15 Cryptographic Private Matching Recipient (R) friends Sender (S)’s AS friends R→A R→B R→C A→S C→S D→S E→S PM Decrypt mutual friends A→S C→S ? ? A→S C→S ? ? encrypted mutual friends PM Evaluate PM Encrypt encrypted friends A B C

16 PM Details First implementation & use of PM protocol Based on our previous work [Freedman04] Attestations encoded in encrypted polynomial Uses Homomorphic Encryption –Ex: Paillier, ElGamal variant –enc(m1+m2) = enc(m1) ∙ enc(m2) –enc(c ∙ m1) = enc(m1) c

17 Restricting FoF Queries Sender (S) Recipient (R) Signed authentication token Sender can use token to restrict FoF query –Users have a public/secret key pair

18 Restricting FoF Queries Sender (S) Recipient (R) Sender’s Attestation Server (AS) FoF Query Sender can use token to restrict FoF query –Users have a public/secret key pair Recipient can use token to detect forgery

19 Outline Background / Related Work Design –Social networks and Attestations –Preserving Privacy Re: in Practice Evaluation Implementation Conclusion

20 Scenario 1: Valid Mail Rejected Mail Server Spam Assassin Mail Client AliceBob “mortgage...

21 Scenario 2: Direct Acceptance Spam Assassin Re: Attestation Server Bob’s Friends l Alice l Tom auth. token Token OK Bob Hit! Alice Mail Server Mail Client “mortgage...

22 Scenario 3: FoF Acceptance Mail Server Spam Assassin Re: Bob’s Friends l Alice l Tom Bob Attestation Server Mail Client Charlie token OK & E(?) E(Alice) Charlie is a friend of l John l Alice No Direct Hit Mutual friend: Alice “mortgage... auth. token & FoF query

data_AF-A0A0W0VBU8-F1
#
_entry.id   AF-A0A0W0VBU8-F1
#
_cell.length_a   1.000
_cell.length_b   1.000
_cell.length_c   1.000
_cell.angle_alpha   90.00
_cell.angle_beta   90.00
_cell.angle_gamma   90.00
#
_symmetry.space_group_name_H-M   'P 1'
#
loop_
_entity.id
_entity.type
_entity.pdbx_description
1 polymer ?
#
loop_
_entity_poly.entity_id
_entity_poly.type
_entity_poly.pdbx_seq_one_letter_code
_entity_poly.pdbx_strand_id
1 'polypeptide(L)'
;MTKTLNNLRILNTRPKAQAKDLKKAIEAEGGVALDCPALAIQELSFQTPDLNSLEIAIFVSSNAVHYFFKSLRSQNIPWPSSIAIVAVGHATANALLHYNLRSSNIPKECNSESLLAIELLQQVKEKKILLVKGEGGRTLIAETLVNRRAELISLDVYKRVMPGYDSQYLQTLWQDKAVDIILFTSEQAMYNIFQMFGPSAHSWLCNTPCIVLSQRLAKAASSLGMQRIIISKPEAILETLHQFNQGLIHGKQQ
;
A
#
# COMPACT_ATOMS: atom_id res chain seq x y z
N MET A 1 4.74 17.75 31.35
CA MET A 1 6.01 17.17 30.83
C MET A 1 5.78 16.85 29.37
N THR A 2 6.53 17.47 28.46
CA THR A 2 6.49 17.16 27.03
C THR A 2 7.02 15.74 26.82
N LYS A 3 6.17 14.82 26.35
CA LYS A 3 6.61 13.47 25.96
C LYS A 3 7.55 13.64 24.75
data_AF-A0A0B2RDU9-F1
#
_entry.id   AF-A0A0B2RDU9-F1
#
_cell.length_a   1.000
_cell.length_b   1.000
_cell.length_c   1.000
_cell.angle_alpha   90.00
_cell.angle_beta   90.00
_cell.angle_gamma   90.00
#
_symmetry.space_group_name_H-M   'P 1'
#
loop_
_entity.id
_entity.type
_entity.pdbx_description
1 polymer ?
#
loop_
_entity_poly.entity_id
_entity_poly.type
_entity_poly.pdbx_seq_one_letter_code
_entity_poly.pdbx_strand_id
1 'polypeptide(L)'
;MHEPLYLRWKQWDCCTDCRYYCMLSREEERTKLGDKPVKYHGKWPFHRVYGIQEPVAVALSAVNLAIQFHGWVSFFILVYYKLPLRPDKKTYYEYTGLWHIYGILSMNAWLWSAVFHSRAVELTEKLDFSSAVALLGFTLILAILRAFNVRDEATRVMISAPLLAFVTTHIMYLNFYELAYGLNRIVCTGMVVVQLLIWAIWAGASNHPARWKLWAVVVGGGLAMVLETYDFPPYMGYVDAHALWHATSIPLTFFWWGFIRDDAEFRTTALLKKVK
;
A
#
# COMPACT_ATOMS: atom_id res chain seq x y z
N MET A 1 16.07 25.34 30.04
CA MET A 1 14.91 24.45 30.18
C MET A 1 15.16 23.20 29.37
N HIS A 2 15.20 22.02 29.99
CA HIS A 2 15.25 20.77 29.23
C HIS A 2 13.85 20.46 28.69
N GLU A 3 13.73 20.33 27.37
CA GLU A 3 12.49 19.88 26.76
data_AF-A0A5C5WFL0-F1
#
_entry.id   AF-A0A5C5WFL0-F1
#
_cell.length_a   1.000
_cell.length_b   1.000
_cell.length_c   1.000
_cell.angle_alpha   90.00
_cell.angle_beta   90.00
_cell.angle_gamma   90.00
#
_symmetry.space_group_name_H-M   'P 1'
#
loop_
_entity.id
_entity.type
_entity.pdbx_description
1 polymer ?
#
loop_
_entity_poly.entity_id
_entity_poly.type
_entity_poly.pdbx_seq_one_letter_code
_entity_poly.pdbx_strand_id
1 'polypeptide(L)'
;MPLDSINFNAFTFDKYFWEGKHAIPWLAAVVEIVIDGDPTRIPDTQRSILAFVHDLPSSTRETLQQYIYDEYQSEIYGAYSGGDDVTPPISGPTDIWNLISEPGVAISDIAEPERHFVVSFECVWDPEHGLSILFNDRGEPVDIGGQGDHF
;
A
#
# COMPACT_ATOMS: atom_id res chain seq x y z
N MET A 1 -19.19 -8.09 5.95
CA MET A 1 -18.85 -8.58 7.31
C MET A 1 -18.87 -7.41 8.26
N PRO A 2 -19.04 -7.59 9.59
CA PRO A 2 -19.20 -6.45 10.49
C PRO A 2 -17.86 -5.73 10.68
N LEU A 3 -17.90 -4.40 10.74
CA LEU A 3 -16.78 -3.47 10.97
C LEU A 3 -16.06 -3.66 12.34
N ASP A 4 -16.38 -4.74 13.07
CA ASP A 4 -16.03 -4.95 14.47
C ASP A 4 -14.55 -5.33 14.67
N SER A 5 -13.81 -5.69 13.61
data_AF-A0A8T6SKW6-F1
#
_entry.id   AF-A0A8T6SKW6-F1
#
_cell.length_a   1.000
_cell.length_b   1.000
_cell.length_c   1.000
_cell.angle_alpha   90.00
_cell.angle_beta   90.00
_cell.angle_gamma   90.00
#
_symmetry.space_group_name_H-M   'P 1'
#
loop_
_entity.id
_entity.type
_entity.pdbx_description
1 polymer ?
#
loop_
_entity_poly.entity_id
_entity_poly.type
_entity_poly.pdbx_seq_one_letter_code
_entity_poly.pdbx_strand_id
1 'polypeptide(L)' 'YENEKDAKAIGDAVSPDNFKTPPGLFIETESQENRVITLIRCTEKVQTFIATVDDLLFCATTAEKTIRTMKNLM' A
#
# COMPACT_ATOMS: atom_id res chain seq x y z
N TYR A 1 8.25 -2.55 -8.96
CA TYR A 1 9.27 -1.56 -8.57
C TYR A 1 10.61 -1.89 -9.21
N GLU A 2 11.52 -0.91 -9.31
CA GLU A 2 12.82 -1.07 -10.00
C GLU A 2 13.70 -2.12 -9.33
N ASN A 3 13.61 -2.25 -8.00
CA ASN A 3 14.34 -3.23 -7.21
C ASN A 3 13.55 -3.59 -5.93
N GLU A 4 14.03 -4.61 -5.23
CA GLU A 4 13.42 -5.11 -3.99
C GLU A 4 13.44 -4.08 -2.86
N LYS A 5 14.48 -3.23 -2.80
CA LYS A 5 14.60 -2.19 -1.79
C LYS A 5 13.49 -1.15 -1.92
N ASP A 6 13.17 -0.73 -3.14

23 Outline Background / Related Work Design –Social networks and Attestations –Preserving Privacy Re: in Practice Evaluation Implementation Conclusion

24 Evaluation How often do content filters produce false positives? How many opportunities for FoF whitelisting beyond direct whitelisting? Would Re: eliminate actual false positives?

25 Trace Data For each message: –Sender and recipient (anonymized) –Spam or not as assessed by content-based spam filter Corporate trace –One month –47 million messages total (58% spam)

26 False Positive Data Corporate mail server bounces spam Bounce allows sender to report FP Server admin validates reports and decides whether to whitelist sender We have a list of ~300 whitelisted senders –2837 messages in trace from these senders that were marked as spam by content filter –These are almost certainly false positives

27 Opportunities for FoF Whitelisting FoF relationships help most when receiving mail from strangers. When user receives non-spam mail from a stranger, how often do they share a mutual correspondent? –18% of mail from strangers –Only counts mutual correspondents in trace Opportunity: when correspondents = friends

28 Saved FPs: Ideal Experiment Ideally: run Re: & content filter side-by-side –Measure how many FPs avoided by Re: Content Filter Re: List of spam Compare List of FPs List of whitelisted messages

29 Saved FPs: Trace-Driven Experiment We have an implementation, but unfortunately, no deployment yet No social network data for traces –Infer friendship from previous non-spam messages Recall that 2837 messages were from people who reported FPs How many of these would Re: whitelist? Re: would have saved 87% of these FPs (71% direct, 16% FoF)

30 Implementation Prototype implementation in C++/libasync –Attestation Server –Private Matching (PM) implementation –Client & administrative utilities –4500 LoC + XDR protocol description Integration –Mutt and Thunderbird mail clients –Mail Avenger SMTP server –Postfix mail client